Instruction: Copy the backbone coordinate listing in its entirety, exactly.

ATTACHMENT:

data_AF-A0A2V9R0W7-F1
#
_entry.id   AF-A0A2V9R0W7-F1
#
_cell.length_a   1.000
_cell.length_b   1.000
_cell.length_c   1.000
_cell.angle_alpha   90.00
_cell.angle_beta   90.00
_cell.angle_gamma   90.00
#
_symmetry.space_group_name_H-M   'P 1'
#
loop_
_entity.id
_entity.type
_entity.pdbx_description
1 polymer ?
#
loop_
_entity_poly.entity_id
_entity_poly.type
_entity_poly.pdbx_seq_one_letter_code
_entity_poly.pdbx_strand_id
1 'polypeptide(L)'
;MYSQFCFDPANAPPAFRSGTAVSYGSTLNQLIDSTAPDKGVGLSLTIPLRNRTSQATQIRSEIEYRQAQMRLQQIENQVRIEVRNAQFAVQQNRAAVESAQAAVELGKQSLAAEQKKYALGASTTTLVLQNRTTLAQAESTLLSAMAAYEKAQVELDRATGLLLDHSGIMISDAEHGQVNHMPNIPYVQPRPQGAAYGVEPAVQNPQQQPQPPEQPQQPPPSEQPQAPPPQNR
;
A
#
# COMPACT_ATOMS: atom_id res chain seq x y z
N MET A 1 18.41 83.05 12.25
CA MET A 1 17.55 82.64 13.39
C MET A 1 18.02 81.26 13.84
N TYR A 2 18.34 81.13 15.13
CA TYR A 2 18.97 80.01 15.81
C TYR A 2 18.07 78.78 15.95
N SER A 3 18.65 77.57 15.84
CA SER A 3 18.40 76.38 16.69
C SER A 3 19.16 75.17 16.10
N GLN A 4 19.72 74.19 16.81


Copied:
data_AF-A0A2V9R0W7-F1
#
_entry.id   AF-A0A2V9R0W7-F1
#
_cell.length_a   1.000
_cell.length_b   1.000
_cell.length_c   1.000
_cell.angle_alpha   90.00
_cell.angle_beta   90.00
_cell.angle_gamma   90.00
#
_symmetry.space_group_name_H-M   'P 1'
#
loop_
_entity.id
_entity.type
_entity.pdbx_description
1 polymer ?
#
loop_
_entity_poly.entity_id
_entity_poly.type
_entity_poly.pdbx_seq_one_letter_code
_entity_poly.pdbx_strand_id
1 'polypeptide(L)'
;MYSQFCFDPANAPPAFRSGTAVSYGSTLNQLIDSTAPDKGVGLSLTIPLRNRTSQATQIRSEIEYRQAQMRLQQIENQVRIEVRNAQFAVQQNRAAVESAQAAVELGKQSLAAEQKKYALGASTTTLVLQNRTTLAQAESTLLSAMAAYEKAQVELDRATGLLLDHSGIMISDAEHGQVNHMPNIPYVQPRPQGAAYGVEPAVQNPQQQPQPPEQPQQPPPSEQPQAPPPQNR
;
A
#
# COMPACT_ATOMS: atom_id res chain seq x y z
N MET A 1 18.41 83.05 12.25
CA MET A 1 17.55 82.64 13.39
C MET A 1 18.02 81.26 13.84
N TYR A 2 18.34 81.13 15.13
CA TYR A 2 18.97 80.01 15.81
C TYR A 2 18.07 78.78 15.95
N SER A 3 18.65 77.57 15.84
CA SER A 3 18.40 76.38 16.69
C SER A 3 19.16 75.17 16.10
N GLN A 4 19.72 74.19 16.81